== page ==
When Audrey Cunningham's father proposes that they move to Bridal Veil Island, where he grew up, she agrees, thinking this will help keep him sober and close to God. But they arrive to find wealthy investors buying up land to build a grand resort on the secluded island--and they want the Cunninghams' acreage.
Contractor Marshall Graham can't imagine why the former drinking buddy of his deceased father would beckon him to Bridal Veil Island. And when Boyd Cunningham asks him to watch over Audrey, Marshall is even more confused. He has no desire to be saddled with caring for this fiery young woman who is openly hostile toward him. But when Audrey seems to be falling for another man--one who has two little girls Audrey adores--Marshall realizes she holds more of his heart than he realized. Which man will Audrey choose? And can she hold on to her ancestral property in the face of overwhelming odds?

I admit to being entirely disappointed with this book- mainly because of the heroine. One thing that bugs me about a lot of Tracie Peterson’s (I haven’t read a whole lot by Judith Miller) writing is that the heroines seem extremely feministic to me. (Deborah from the Striking a Match series immediately comes to mind) But at the same time, many of her heroines do have their good points despite this (I did enjoy the Ladies of Liberty and the Broadmoor Legacy series to name a few). It’s just that so many authors seem to make the mistake of creating a "strong" or "independent" heroine that really just turns out into being a shrew. Not nice, language, I know. But that’s the first word that comes to mind when certain female characters remind you of Kate. This world seriously needs some Pertruchios. Sigh. Rabbit trail again…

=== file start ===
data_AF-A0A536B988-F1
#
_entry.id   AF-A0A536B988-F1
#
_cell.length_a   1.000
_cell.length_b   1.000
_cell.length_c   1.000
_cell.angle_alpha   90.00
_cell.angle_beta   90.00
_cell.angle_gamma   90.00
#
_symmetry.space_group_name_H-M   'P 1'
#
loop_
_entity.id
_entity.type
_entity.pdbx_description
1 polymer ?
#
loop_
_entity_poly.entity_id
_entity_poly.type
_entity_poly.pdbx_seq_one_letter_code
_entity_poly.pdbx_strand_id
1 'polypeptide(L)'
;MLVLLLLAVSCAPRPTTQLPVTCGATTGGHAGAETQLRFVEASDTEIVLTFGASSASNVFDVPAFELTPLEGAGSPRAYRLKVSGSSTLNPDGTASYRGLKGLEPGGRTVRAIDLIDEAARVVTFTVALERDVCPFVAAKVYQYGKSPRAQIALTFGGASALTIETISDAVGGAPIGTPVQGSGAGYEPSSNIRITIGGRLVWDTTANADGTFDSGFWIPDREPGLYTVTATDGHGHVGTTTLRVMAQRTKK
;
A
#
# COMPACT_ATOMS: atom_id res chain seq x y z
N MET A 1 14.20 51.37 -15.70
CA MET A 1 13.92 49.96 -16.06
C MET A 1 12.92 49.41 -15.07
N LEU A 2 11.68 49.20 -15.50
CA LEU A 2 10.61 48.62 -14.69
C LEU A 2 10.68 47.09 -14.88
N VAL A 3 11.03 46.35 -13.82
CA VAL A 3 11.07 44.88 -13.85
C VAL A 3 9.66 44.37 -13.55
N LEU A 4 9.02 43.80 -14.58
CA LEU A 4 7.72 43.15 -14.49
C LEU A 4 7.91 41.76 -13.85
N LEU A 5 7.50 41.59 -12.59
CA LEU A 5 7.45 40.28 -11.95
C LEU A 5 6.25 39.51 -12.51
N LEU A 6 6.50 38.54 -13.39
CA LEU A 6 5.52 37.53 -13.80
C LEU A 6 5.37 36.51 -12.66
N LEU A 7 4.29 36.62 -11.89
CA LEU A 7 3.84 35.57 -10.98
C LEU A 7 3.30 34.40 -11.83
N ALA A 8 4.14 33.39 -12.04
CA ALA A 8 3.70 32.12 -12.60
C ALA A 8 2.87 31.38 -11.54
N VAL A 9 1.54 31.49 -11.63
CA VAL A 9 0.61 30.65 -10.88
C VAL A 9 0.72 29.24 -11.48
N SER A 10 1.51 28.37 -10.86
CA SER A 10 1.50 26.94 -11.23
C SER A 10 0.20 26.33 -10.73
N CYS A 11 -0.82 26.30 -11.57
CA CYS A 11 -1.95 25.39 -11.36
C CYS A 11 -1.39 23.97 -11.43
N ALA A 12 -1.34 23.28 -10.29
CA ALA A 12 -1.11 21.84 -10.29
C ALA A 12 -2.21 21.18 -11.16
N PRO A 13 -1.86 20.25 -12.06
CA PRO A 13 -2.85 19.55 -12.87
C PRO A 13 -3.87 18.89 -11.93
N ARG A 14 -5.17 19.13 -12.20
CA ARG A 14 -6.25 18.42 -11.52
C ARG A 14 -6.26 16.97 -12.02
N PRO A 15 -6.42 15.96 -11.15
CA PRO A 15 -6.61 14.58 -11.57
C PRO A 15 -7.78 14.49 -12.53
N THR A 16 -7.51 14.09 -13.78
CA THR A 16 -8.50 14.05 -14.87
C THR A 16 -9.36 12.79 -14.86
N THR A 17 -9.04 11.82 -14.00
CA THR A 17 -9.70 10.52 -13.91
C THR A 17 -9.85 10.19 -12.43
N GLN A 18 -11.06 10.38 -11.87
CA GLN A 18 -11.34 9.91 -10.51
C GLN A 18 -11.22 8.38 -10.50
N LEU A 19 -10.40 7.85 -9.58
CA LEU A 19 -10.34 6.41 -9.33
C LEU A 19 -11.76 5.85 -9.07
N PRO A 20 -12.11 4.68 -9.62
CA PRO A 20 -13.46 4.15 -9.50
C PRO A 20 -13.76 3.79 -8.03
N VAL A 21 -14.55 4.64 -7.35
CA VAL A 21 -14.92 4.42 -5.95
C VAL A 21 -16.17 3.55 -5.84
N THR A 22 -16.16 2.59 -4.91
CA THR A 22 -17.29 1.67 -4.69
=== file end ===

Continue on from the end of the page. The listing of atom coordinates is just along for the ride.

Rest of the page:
Audrey, though she wasn’t really a "career" girl or anything, was just so stubbornly independent it was maddening. As soon as Marshall shows up, she immediately assumes he’s a drunk like his dad and is going to lead her own recovering-alcoholic father back down the path to perdition. This is before he barely says a word to her. I just wanted to shake her for the way she was so obnoxious! And then after days of rudeness, when she finally confronts him about why she’s been snapping, growling, and ignoring him and he tries to explain he is not an alcoholic, she won’t let him get a word in edgewise. I feel like also putting it in here that if I’d been Marshall, I’d a- pitched her. (Sorry, just watched Anne. Couldn’t help it.)Talk about prejudice. I’m no stranger to characters who make you grit your teeth, but when that character is supposed to be the heroine…sigh. In fact, there were quite a few characters I didn’t like. Yes, I’m a southern girl. But Yankee-hating Aunt Thora made me want to scream.